The socioeconomic status of Indigenous children is one of the main determinants of their poor physical health status. However, socioeconomic status also has an effect on health throughout the lifecourse. The association between an individual’s social and economic status and their health has long been established (Matthews, Jagger and Hancock 2006; Wilkinson and Marmot 2003). In the Indigenous context, Biddle (2006) showed that not only were there high returns to education for Indigenous health, but that the difference between Indigenous and non-Indigenous Australians in terms of education outcomes explained a large component of the gap in self-assessed and physical health. Using a greater range of socioeconomic variables, Booth and Carroll (2008) found that economic factors explained around half of the gap in self-assessed health between Indigenous and non-Indigenous Australians.

The link between socioeconomic status and health is not unique to the Indigenous population. However, there are other factors that in the Australian context at least are unique to the Indigenous population. First is a history of dispossession of land and exclusion from citizenship rights. Much of the social determinants of health literature focuses on the negative health effects of having a lack of control of one’s life (Wilkinson and Marmot 2003). Given the importance of land to Indigenous culture and the historic removal of Indigenous Australians from many parts of the Australian continent (Broome 2010), it is quite likely that this has had long-lasting effects on physical and mental health.

Related to the dispossession of Indigenous land is the denigration of Indigenous culture within Australia through much of its history since European colonisation. Since at least the mid 1800s, Indigenous Australians were seen as part of a ‘dying race’ that would either be incorporated into the non-Indigenous population through intermarriage or die out through excess mortality or low fertility (Smith 1980). The clearest expression of this is the ‘stolen generations’ or Indigenous children who were forcibly removed from their natural families due to their indigeneity (Broome 2010). As will be seen later in this chapter, this is still having ongoing health effects on those who were removed and on their families.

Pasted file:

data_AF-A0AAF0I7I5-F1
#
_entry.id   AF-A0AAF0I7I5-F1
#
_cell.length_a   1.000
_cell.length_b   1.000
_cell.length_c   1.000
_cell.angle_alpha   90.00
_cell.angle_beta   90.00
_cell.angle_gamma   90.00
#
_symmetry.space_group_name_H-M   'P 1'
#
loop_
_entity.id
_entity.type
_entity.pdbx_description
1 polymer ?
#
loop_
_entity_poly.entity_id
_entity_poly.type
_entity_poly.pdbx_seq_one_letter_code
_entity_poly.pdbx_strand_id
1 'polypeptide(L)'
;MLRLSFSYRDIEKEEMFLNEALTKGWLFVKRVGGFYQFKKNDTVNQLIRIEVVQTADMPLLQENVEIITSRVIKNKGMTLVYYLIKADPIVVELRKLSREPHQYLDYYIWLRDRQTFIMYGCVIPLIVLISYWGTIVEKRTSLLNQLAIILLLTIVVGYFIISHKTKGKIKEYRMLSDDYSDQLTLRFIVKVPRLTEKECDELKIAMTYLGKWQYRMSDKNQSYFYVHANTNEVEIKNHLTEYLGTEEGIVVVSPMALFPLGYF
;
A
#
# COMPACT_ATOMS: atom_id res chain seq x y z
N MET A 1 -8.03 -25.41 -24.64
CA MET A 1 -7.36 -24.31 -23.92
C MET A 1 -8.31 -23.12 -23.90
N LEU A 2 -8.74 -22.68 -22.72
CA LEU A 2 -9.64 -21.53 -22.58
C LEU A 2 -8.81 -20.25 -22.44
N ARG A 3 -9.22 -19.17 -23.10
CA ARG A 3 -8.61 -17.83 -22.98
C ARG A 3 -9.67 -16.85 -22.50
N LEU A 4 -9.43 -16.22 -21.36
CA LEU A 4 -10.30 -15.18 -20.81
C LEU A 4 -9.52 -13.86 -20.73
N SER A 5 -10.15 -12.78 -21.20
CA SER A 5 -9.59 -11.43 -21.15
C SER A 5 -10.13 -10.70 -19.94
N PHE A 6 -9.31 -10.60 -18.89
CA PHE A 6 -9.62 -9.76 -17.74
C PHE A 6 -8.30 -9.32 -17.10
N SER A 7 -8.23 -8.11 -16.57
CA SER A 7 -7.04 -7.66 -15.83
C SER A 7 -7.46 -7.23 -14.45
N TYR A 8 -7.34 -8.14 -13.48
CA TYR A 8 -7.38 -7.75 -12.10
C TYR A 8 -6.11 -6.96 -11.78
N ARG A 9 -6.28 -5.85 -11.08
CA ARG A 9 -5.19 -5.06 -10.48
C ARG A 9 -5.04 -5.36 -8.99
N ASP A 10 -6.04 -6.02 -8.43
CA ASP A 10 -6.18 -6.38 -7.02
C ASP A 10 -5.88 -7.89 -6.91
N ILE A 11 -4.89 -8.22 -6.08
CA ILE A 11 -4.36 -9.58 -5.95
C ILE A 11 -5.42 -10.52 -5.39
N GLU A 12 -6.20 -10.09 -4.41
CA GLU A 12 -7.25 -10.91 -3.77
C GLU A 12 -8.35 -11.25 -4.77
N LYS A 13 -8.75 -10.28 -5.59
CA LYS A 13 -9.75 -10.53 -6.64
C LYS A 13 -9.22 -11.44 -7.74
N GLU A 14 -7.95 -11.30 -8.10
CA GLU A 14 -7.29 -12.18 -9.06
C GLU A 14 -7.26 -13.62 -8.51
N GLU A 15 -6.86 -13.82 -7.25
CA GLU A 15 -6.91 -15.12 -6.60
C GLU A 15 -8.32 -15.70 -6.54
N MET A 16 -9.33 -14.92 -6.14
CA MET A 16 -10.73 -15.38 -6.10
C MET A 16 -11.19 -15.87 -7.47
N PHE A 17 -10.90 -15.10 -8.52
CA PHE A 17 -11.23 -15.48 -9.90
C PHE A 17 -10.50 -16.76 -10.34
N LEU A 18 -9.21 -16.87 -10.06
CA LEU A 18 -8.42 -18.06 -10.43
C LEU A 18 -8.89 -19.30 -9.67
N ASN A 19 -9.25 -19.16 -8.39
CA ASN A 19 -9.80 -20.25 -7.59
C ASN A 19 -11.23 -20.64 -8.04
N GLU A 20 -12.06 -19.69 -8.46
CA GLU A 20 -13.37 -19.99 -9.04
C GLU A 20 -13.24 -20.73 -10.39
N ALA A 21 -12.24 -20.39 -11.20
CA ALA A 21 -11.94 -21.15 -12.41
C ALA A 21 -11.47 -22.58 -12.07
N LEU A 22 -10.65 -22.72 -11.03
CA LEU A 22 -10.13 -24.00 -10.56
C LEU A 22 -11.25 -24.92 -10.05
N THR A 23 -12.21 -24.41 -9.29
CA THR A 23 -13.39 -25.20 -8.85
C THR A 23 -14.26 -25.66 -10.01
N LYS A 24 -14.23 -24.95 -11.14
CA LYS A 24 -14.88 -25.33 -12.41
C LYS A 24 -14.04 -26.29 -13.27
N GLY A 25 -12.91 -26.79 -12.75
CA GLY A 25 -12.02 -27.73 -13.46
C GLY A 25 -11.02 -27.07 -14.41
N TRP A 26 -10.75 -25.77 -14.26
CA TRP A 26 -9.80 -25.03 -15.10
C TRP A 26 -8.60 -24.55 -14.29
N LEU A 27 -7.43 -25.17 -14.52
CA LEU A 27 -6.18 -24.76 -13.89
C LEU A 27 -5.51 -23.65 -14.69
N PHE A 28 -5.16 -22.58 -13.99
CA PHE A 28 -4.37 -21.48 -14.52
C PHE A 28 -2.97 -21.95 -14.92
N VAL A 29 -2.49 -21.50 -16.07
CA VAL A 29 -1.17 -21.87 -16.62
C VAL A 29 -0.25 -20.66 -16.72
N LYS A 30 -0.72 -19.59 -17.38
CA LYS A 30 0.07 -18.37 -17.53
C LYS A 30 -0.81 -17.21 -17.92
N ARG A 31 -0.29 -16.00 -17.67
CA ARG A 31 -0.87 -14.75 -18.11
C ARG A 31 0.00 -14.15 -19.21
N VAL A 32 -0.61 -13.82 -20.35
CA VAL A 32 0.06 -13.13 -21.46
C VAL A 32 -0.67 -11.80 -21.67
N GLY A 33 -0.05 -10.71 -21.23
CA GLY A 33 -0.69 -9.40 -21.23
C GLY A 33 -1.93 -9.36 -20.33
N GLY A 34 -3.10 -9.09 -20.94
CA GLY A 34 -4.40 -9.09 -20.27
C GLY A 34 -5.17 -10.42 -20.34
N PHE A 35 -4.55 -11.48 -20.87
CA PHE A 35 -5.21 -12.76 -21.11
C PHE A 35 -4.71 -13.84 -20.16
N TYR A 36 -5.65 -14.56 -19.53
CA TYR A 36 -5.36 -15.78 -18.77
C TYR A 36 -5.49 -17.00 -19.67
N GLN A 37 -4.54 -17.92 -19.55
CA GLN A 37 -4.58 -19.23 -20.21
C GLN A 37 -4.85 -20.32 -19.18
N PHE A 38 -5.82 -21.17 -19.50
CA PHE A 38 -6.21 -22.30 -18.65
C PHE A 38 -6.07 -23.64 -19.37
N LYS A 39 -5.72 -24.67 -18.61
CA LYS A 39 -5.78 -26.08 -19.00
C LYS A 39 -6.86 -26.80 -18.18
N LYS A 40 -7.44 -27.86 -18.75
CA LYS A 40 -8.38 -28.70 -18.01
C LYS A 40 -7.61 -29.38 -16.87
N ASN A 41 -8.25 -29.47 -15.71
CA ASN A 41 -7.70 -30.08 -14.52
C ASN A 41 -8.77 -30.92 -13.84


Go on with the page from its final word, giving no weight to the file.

A final potentially negative effect on health is ongoing discrimination in Australia towards Indigenous Australians and racism in everyday life. Discrimination refers to:

…a situation in which persons … who are equally productive in a physical or material sense are treated unequally in a way that is related to an observable characteristic such as race, ethnicity or gender (Altonji and Blank 1999: 3168).

According to Dunn et al. (2004: 411), this includes ‘a belief in a racial hierarchy, in racial separation and in “race” itself’ as well as new forms of racism like intolerance towards specific cultural groups.

Discrimination is very difficult to detect using standard data sources, however there is evidence that an Indigenous Australian with the same level of education and experience as a non-Indigenous Australian has a lower probability of employment and a lower income (Hunter 2004). While it is not possible to control for unobservable characteristics in the data used in Hunter (2004), experimental data would suggest that a person with a recognisably Indigenous name is less likely to be treated favourably in the labour market than someone with a name not identifiable as being Indigenous (Booth, Leigh and Varganova 2010).

Regardless of whether a person is actually discriminated against, in terms of health effects it is perhaps equally important whether they themselves perceive that they experienced discrimination. Biddle (2011a) showed that Indigenous Australians were significantly and substantially more likely to report that they were discriminated against compared to non-Indigenous Australians both when applying for a job and also in their current job (in terms of seeking promotion and other employment conditions).